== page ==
Previous studies have shown that average annual precipitation will increase in both the deep tropics and in temperate zones, but will decrease in the subtropics.
However, it's important to know how the frequency and magnitude of extreme precipitation events will be affected, as these heavy downpours can lead to increased flooding and soil erosion.
It is the frequency of these extreme events that was the subject of this new research, which was conducted by Paul O'Gorman, assistant professor in the Department of Earth, Atmospheric and Planetary Sciences at MIT, and Tapio Schneider, professor of environmental science and engineering at Caltech.
Model simulations used in the study suggest that precipitation in extreme events will go up by about 6 percent for every one degree Celsius increase in temperature.
Separate projections published earlier this year by MIT's Joint Program on the Science and Policy of Global Change indicate that without rapid and massive policy changes, there is a median probability of global surface warming of 5.2 degrees Celsius by 2100, with a 90 percent probability range of 3.5 to 7.4 degrees.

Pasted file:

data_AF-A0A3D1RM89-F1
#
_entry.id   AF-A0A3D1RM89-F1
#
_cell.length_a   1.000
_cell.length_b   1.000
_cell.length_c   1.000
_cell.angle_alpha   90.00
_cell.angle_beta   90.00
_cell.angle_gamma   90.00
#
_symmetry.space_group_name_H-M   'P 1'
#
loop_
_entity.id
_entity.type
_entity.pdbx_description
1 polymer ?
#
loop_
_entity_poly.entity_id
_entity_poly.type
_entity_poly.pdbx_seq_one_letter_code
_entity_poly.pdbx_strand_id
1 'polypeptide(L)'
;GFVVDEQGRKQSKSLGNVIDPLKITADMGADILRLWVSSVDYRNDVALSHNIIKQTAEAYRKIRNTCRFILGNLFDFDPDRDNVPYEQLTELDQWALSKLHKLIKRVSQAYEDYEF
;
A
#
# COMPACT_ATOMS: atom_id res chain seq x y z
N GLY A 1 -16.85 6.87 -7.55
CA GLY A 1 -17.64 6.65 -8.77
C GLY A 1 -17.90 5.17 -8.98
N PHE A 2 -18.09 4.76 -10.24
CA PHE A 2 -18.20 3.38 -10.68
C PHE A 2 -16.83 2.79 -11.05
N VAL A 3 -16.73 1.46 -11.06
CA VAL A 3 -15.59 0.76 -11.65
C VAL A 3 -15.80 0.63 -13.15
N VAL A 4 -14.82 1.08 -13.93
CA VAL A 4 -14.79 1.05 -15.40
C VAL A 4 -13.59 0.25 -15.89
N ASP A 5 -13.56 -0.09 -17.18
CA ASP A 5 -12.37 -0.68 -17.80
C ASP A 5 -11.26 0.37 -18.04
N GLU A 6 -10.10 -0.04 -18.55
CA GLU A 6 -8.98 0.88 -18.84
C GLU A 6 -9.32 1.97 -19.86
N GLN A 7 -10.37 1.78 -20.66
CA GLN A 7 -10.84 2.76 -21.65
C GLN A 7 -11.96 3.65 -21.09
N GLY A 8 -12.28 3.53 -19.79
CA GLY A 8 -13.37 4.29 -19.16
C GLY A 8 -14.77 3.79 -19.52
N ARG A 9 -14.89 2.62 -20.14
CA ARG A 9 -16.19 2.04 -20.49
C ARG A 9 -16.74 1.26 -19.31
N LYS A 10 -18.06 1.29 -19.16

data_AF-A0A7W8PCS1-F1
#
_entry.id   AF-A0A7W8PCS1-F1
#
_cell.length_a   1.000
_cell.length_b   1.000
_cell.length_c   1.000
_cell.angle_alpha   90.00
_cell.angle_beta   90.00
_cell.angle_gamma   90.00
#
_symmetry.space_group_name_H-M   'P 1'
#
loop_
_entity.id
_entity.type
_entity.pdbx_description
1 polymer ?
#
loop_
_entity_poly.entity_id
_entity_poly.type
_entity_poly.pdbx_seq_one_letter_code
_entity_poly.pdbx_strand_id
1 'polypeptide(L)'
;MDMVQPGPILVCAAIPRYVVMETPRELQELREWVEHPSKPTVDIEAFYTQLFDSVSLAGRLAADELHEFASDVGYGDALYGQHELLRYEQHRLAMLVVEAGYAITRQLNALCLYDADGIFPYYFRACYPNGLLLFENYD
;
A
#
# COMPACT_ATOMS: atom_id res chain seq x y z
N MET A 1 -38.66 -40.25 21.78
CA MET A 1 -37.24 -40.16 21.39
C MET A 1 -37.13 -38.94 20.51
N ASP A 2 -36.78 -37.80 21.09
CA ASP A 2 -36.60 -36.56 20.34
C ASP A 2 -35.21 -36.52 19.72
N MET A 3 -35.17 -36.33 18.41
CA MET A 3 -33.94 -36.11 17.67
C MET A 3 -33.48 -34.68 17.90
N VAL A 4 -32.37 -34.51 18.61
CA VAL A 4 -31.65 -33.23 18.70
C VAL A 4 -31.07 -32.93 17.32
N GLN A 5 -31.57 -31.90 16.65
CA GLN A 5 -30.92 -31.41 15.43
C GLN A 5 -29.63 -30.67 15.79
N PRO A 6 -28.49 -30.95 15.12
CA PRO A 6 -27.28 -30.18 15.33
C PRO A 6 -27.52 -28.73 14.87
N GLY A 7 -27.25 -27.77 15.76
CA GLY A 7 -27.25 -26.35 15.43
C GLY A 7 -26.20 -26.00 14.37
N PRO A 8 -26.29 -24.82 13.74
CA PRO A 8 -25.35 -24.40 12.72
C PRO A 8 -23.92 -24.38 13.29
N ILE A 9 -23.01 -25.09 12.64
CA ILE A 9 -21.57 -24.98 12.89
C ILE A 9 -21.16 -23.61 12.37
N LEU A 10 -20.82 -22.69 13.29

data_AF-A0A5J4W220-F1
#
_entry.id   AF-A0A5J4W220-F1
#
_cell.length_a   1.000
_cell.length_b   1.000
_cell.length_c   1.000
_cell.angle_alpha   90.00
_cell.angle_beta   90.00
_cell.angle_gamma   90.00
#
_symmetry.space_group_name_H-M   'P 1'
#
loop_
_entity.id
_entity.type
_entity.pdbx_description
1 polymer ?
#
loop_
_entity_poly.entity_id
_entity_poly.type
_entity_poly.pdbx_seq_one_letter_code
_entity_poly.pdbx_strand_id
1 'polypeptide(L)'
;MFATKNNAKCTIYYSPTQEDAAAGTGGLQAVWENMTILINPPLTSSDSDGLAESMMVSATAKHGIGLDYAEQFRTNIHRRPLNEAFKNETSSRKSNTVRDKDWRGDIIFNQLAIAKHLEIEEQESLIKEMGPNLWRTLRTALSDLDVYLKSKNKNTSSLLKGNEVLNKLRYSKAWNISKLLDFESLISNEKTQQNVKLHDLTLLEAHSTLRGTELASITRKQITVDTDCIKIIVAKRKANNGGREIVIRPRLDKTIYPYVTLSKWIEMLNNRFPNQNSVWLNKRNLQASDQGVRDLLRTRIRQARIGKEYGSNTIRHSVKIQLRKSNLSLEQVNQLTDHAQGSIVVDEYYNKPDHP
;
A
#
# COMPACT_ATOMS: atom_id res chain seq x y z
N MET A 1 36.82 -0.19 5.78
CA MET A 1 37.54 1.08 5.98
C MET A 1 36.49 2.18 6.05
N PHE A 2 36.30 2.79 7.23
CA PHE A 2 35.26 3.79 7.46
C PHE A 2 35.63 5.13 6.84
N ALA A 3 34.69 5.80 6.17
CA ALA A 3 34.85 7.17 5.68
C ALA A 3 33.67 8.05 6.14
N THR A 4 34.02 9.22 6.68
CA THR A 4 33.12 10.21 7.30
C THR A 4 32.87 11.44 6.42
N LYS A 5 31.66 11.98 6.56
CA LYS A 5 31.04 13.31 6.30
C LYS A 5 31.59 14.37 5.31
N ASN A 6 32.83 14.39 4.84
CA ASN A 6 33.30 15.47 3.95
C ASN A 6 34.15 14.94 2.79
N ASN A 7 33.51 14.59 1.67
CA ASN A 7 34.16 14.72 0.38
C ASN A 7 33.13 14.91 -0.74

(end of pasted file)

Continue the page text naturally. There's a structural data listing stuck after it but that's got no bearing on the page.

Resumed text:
Specialists in the field called the new report by O'Gorman and Schneider a significant advance.
According to Richard Allan, a senior research fellow at the Environmental Systems Science Center at Reading University in Britain, "O'Gorman's analysis is an important step in understanding the physical basis for future increases in the most intense rainfall projected by climate models."
The basic underlying reason for the projected increase in precipitation is that warmer air can hold more water vapor.
So as the climate heats up, "there will be more vapor in the atmosphere, which will lead to an increase in precipitation extremes," O'Gorman said.